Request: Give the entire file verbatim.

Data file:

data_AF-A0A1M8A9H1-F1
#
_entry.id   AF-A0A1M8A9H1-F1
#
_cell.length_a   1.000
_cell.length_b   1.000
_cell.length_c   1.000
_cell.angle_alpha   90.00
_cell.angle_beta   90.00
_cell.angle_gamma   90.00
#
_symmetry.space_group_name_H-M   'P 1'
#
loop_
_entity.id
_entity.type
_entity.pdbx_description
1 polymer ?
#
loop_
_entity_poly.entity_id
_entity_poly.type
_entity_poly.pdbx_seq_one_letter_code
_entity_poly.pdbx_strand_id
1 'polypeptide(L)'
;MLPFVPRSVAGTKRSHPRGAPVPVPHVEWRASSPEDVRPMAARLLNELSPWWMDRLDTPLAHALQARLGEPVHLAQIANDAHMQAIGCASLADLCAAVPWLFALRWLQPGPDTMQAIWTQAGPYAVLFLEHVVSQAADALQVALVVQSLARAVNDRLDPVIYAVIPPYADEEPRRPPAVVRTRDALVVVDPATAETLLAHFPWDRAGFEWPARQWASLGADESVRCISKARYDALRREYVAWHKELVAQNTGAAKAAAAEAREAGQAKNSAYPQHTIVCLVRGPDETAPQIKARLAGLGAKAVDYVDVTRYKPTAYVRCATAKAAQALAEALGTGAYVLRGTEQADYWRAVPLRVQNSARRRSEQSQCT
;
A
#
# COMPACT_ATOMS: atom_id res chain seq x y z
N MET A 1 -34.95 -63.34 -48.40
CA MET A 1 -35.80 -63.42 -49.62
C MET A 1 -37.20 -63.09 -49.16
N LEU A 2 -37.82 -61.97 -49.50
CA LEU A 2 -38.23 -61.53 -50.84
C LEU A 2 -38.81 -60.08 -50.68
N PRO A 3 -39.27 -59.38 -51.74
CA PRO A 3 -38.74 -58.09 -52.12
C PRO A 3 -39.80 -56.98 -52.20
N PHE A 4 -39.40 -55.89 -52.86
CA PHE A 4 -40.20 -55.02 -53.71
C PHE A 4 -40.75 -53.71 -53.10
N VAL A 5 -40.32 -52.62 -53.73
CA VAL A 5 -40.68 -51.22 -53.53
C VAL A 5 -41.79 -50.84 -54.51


data_AF-A0A1M8A9H1-F1
#
_entry.id   AF-A0A1M8A9H1-F1
#
_cell.length_a   1.000
_cell.length_b   1.000
_cell.length_c   1.000
_cell.angle_alpha   90.00
_cell.angle_beta   90.00
_cell.angle_gamma   90.00
#
_symmetry.space_group_name_H-M   'P 1'
#
loop_
_entity.id
_entity.type
_entity.pdbx_description
1 polymer ?
#
loop_
_entity_poly.entity_id
_entity_poly.type
_entity_poly.pdbx_seq_one_letter_code
_entity_poly.pdbx_strand_id
1 'polypeptide(L)'
;MLPFVPRSVAGTKRSHPRGAPVPVPHVEWRASSPEDVRPMAARLLNELSPWWMDRLDTPLAHALQARLGEPVHLAQIANDAHMQAIGCASLADLCAAVPWLFALRWLQPGPDTMQAIWTQAGPYAVLFLEHVVSQAADALQVALVVQSLARAVNDRLDPVIYAVIPPYADEEPRRPPAVVRTRDALVVVDPATAETLLAHFPWDRAGFEWPARQWASLGADESVRCISKARYDALRREYVAWHKELVAQNTGAAKAAAAEAREAGQAKNSAYPQHTIVCLVRGPDETAPQIKARLAGLGAKAVDYVDVTRYKPTAYVRCATAKAAQALAEALGTGAYVLRGTEQADYWRAVPLRVQNSARRRSEQSQCT
;
A
#
# COMPACT_ATOMS: atom_id res chain seq x y z
N MET A 1 -34.95 -63.34 -48.40
CA MET A 1 -35.80 -63.42 -49.62
C MET A 1 -37.20 -63.09 -49.16
N LEU A 2 -37.82 -61.97 -49.50
CA LEU A 2 -38.23 -61.53 -50.84
C LEU A 2 -38.81 -60.08 -50.68
N PRO A 3 -39.27 -59.38 -51.74
CA PRO A 3 -38.74 -58.09 -52.12
C PRO A 3 -39.80 -56.98 -52.20
N PHE A 4 -39.40 -55.89 -52.86
CA PHE A 4 -40.20 -55.02 -53.71
C PHE A 4 -40.75 -53.71 -53.10
N VAL A 5 -40.32 -52.62 -53.73
CA VAL A 5 -40.68 -51.22 -53.53
C VAL A 5 -41.79 -50.84 -54.51